Global Dispatches and Extraordinary Gentlemen
A Wellsian tripod battles Tharks, as illustrated by Kevin O'Neill
"And slowly, and surely, they drew their plans against us."
Ah, War of the Worlds. The book that put alien invasions on the map. I think it must be my favorite book, at least, I'm always hungry for more of it, and often wish Wells had written a sequel. That wasn't his style, of course, he mostly wrote stories to make a point, although he did write a psuedo-prequel in "The Crystal Egg".
To satiate my War of the Worlds craving I've collected a number of books written by authors who don't mind expanding the narrative for its own sake. Some of them are pastiches, such as C.A. Powell's "The Last Days of Thunder Child", and others reimagine the story crossed over with Well's other works, as in Kevin J. Anderson's "The Martian War". "Old Mars" features a wonderful story called "Queen of the Nights Aria" by Ian McDonald, which tells the story of a british counter-invasion of Mars while making a comment on the modern conflict in the middle east- a notion very much in the spirit of the original book.
By far my favorite companion piece to Well's seminal novel is "War of the Worlds: Global Dispatches", an anthology edited again by Kevin J. Anderson. The collection revolves around the premise that the Martian Invasion inflicted itself on the entire world, and not England alone, and so includes perspectives from all over our planet. There really are just a smattering of splendid tales in this book, from "Night of the Cooters" by Howard Waldrop (which details the invasion of Texas), to "Foreign Devils" by Walter Jon Williams (depicting a Boxer Rebellion interrupted by Martian tripods), to "After a Lean Winter" by Dave Wolverton (describing a protracted and desperate fight for survival against a more successful Martian Invasion in the far north). Even Mark Twain and Albert Einstein get to have adventures amidst the chaos. Of all the stories collected, I found only Jules Verne's outing to be a bit lackluster, and that only because the authors blatantly contradicts the source material in describing their Martians, putting the story at odds with the rest of the anthology.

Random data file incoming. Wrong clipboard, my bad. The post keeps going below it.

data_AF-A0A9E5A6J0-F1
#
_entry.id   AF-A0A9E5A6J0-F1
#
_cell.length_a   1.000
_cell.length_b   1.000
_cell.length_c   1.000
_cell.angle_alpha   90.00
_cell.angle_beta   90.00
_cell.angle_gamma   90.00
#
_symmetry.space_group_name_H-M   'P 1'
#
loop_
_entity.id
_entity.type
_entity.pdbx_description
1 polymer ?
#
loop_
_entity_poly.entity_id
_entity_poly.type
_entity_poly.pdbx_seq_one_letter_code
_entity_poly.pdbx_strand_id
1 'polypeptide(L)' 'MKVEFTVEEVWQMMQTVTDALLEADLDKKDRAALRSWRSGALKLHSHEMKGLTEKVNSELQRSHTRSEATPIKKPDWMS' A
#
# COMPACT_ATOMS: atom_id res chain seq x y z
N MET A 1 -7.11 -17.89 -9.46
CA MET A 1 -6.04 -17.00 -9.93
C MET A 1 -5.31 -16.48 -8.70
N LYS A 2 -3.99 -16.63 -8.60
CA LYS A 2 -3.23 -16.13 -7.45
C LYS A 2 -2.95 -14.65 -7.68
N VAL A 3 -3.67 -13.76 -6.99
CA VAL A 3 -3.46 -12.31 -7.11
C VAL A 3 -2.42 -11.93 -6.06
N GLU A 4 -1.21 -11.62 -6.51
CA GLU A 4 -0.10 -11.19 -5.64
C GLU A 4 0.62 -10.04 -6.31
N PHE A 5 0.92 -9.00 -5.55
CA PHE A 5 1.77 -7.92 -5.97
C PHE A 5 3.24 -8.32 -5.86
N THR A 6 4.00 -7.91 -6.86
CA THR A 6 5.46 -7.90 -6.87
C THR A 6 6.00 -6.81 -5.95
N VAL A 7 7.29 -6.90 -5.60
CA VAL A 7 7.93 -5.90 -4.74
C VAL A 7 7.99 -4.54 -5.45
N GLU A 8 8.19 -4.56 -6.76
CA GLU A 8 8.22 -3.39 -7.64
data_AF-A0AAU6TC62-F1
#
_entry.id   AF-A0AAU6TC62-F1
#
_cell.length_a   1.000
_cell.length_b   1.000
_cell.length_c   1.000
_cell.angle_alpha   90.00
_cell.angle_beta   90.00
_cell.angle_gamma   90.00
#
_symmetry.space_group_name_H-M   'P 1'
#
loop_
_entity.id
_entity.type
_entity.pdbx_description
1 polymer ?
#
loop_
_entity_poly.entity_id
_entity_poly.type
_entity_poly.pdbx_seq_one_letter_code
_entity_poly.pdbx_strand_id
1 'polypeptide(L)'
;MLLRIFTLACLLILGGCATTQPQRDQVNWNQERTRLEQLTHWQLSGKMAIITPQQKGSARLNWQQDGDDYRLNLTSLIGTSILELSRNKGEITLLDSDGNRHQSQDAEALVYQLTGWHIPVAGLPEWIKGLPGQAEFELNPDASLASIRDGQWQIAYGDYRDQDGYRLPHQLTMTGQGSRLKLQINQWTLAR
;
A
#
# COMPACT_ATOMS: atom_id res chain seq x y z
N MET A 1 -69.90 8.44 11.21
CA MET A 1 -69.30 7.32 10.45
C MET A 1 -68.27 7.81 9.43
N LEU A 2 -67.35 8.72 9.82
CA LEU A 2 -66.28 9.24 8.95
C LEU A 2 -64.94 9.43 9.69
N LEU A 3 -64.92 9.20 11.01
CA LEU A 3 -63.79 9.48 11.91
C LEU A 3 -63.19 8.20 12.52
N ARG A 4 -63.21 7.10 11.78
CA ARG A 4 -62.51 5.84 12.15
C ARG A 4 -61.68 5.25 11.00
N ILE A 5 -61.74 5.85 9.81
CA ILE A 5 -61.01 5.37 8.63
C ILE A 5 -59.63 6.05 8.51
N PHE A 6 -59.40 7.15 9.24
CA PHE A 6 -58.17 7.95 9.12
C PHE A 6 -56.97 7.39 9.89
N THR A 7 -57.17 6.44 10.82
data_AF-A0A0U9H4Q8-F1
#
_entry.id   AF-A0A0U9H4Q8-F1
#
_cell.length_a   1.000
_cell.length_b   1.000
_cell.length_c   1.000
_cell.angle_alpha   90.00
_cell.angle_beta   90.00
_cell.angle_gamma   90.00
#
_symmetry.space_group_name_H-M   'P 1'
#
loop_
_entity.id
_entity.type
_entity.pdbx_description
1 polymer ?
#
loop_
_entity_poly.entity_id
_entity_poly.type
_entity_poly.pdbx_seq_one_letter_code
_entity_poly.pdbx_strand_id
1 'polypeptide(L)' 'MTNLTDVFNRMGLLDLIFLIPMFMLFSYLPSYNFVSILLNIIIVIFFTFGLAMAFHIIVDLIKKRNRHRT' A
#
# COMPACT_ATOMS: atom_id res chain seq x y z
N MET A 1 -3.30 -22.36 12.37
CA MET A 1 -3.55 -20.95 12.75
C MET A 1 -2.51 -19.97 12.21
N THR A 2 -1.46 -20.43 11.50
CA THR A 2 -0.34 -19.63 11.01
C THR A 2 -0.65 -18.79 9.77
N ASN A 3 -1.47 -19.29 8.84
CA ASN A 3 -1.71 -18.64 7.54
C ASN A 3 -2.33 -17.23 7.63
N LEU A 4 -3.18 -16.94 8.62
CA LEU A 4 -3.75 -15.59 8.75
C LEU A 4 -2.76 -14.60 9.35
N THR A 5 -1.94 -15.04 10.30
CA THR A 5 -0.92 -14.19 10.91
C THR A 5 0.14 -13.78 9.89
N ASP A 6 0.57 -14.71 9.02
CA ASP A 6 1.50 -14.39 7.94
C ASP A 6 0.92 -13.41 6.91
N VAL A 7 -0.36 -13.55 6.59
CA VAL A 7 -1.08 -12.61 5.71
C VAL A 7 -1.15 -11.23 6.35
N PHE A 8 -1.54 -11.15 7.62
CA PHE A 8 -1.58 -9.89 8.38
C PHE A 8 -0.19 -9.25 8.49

One tale, however, stands out for abandoning Earth entirely and providing us with John Carter's account of the early days of the interplanetary clash. It's called "Mars: The Home Front" by George Alec Effinger, and it's a fun one.
Without giving anything away, suffice it to say that the story begins with Dejah Thoris being put in peril, as she so often is, and Carter rushing off to rescue her. Carter goes on to describe the beginnings of a conflict between the forces of Barsoom and Well's Martians, which he calls "Sarmaks."
What an idea! A story pitting Burroughsians against Wellsians for the fate of two worlds- that's enough to make a fan like me salivate. Unfortunately, the story cuts short of the actual conflict, but we aren't left entirely wanting. The story fed provide a bit of action, and more importantly, is continued elsewhere. I now come to Alan Moore's classic graphic novel, "The League of Extraordinary Gentlemen."
First, let me say that, should any children happen upon this article, the aforementioned publication isn't at all suitable for minors. With that out of the way, Volume 2 opens with a Mars menagerie. A force of Tharks and Hithers led by John Carter and Gulliver Jones, aided by a group of Sorns, march on Well's Martians in a vicious final battle that spurs the tripod attack on Earth. What's more, Gulliver briefly implies that something dark happened to Dejah Thoris, connecting the comic to "Homefront." It's possible, if one wants, to look at Effinger's story as the beginning of the war for Mars, and Moore's as the end, with only the middle left to our imagination.
If only someone would fill in the rest...